How to Create a Website with Hugo Academic Theme: Blog Setup

Getting your blog setup right.

Academic logo

Academic is one of the most popular Hugo themes for good reason. It’s flexible, clean, and easy to use and set up. It supports many widgets and allows you to display a wide range of content types, including biographies, accomplishments, experiences, projects, posts, talks, and publications (it is called Academic after all). However, while it’s able to handle all of them adequately, it does lack some desirable features and characteristics that a dedicated blog theme might provide. This post outlines the changes I made, and how, to improve the theme’s ability to function as a blog.

Rename section from “post” to “blog”

One thing that may have bugged you, I know it did me, is that everything is called “post” instead of “blog”, especially for the URL. I wanted it to be instead of I know it may seem like a small detail, but I cared enough to figure out how to change it. And now I’ll show you how too.

Website repo changes

Starting off with the easy changes, you’ll need to change the name in the menus. So in config/_default/menus.toml replace the two lines with,

name = "Blog"
url = "#blog"

If you want the menu to take you directly to the section page for your posts you can use url = "/blog" instead. Next, rename the post subdirectory in the content folder to blog and change the title in the front matter of content/blog/ to “Blog”, or whatever you want to name your blog. Also rename content/home/ to content/home/ In that file you’ll also need to change the page_type from “post” to “blog”. Some important notes:

  1. The name of the *.md file in content/home determines the HTML id attribute on the homepage, i.e. the anchor link used in the menu. See layouts/partials/widget_page.html in the theme repo.
  2. The page_type determines the folder name in the content directory where content (e.g. single posts) is pulled from. See layouts/partials/widgets/pages.html.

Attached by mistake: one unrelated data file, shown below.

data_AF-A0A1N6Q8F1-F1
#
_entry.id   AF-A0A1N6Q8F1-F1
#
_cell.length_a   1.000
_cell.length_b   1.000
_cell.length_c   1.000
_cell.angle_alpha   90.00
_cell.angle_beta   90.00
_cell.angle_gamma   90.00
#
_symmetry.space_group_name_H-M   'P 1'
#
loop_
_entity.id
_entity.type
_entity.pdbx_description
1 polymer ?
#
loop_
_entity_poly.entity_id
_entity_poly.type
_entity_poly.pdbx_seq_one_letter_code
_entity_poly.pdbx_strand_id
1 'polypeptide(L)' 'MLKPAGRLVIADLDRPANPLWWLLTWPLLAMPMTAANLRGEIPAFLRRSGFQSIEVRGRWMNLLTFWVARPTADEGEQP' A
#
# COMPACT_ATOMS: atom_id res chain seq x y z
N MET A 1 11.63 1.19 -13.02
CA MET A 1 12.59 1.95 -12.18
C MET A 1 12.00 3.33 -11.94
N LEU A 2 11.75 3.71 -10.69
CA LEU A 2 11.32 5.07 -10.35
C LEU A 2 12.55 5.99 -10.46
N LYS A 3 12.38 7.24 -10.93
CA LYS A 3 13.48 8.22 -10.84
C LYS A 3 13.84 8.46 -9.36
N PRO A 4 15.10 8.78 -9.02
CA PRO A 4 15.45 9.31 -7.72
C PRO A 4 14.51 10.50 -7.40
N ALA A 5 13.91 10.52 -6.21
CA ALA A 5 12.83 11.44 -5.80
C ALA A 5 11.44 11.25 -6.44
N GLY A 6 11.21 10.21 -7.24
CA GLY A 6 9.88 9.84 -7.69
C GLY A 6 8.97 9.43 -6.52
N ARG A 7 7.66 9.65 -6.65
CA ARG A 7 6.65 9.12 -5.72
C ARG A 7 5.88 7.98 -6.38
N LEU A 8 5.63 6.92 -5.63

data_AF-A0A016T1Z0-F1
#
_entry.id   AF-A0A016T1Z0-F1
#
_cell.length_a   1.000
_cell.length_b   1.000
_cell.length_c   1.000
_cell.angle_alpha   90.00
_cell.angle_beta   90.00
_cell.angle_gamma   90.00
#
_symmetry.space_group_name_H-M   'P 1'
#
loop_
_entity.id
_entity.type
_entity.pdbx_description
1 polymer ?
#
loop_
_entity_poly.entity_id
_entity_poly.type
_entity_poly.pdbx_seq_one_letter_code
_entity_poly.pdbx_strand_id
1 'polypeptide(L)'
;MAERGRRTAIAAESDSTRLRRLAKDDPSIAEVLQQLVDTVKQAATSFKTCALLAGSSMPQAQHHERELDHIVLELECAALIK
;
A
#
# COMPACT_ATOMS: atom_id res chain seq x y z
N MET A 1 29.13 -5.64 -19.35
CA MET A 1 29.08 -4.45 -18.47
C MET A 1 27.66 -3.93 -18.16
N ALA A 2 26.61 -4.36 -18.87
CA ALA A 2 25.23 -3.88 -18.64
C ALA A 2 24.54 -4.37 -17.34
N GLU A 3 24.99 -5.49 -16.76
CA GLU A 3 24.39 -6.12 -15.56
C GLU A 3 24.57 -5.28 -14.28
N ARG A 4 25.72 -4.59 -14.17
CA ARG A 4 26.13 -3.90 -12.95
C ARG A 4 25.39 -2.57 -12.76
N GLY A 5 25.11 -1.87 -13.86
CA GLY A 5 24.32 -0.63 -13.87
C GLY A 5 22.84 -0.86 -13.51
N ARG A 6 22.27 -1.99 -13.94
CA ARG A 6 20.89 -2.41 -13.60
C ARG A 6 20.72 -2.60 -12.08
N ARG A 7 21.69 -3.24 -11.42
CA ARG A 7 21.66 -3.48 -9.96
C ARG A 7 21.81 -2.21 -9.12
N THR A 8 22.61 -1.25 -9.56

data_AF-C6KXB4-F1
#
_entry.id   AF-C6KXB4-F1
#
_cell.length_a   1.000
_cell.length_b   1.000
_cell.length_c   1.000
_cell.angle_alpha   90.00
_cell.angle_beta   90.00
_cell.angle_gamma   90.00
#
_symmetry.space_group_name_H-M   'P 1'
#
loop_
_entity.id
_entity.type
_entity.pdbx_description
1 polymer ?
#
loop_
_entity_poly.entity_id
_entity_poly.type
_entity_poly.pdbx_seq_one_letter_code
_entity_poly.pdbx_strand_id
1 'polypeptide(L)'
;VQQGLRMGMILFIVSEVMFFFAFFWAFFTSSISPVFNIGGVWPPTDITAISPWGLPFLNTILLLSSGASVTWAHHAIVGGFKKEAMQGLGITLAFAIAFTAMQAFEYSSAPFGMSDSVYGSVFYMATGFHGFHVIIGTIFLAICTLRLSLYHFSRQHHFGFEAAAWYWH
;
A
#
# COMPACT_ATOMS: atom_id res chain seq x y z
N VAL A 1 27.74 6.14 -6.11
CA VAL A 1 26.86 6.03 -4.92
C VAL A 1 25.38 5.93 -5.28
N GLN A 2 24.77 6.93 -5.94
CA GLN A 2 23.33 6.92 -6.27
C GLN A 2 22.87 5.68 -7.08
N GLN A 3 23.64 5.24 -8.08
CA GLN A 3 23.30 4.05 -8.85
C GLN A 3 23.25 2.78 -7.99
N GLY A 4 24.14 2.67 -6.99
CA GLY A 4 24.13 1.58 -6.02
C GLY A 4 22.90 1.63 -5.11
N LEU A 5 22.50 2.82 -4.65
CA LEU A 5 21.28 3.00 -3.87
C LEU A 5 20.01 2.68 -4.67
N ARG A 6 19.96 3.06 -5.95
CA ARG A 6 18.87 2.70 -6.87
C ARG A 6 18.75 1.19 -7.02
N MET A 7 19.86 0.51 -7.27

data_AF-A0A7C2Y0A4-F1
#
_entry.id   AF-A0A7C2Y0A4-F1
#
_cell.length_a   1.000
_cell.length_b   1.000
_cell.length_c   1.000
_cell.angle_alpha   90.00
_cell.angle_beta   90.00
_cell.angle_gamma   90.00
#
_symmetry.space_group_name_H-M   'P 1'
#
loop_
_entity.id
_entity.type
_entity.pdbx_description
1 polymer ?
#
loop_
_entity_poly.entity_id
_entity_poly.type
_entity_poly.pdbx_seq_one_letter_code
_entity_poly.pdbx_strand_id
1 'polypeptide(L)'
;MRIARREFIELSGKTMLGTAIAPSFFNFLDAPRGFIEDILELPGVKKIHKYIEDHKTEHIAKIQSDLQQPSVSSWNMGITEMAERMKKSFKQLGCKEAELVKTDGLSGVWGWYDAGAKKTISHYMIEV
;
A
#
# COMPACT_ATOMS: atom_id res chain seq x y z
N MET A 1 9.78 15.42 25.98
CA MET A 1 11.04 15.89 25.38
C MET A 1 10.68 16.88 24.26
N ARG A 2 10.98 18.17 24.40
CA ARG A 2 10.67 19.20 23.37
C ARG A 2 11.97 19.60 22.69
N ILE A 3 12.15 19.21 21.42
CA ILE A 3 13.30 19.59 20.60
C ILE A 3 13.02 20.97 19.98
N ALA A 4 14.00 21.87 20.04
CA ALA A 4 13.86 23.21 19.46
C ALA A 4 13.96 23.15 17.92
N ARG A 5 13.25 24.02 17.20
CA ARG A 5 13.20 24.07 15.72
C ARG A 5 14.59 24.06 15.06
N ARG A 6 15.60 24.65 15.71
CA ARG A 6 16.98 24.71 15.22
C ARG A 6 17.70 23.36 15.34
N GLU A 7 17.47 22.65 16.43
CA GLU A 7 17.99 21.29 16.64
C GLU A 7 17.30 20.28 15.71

Subdomain redirect

At this stage, you can also set up subdomain redirects through Netlify to make your blog accessible from a subdomain, e.g. Just add the following lines to the netlify.toml file, replacing with your own domain:

  from = ""
  to = "/blog"
  status = 200
  force = true
  from = "*"
  to = "/blog/:splat"
  status = 200
  force = true

  from = "*"
  to = "/css/:splat"
  status = 200
  force = true

The last redirect rule for the css subdirectory ensures that the pages on the new subdomain will be formatted correctly without any addtional changes. The final thing to do is add the subdomain as a domain alias in Netlify under “Domain settings>Custom domains”. To fully understand how these redirect rules work take a look at the documentation on general redirects, proxy redirects, and splats.

Summary of changes in the website repo:

  • In config/_default/menus.toml change name to “Blog” and url to “#blog” or “/blog”
  • Rename content/post to content/blog, and change title in content/blog/ to “Blog”
  • Rename content/home/ to content/home/, and change page_type to “blog”
  • Change redirects accordingly in netlify.toml

Theme repo changes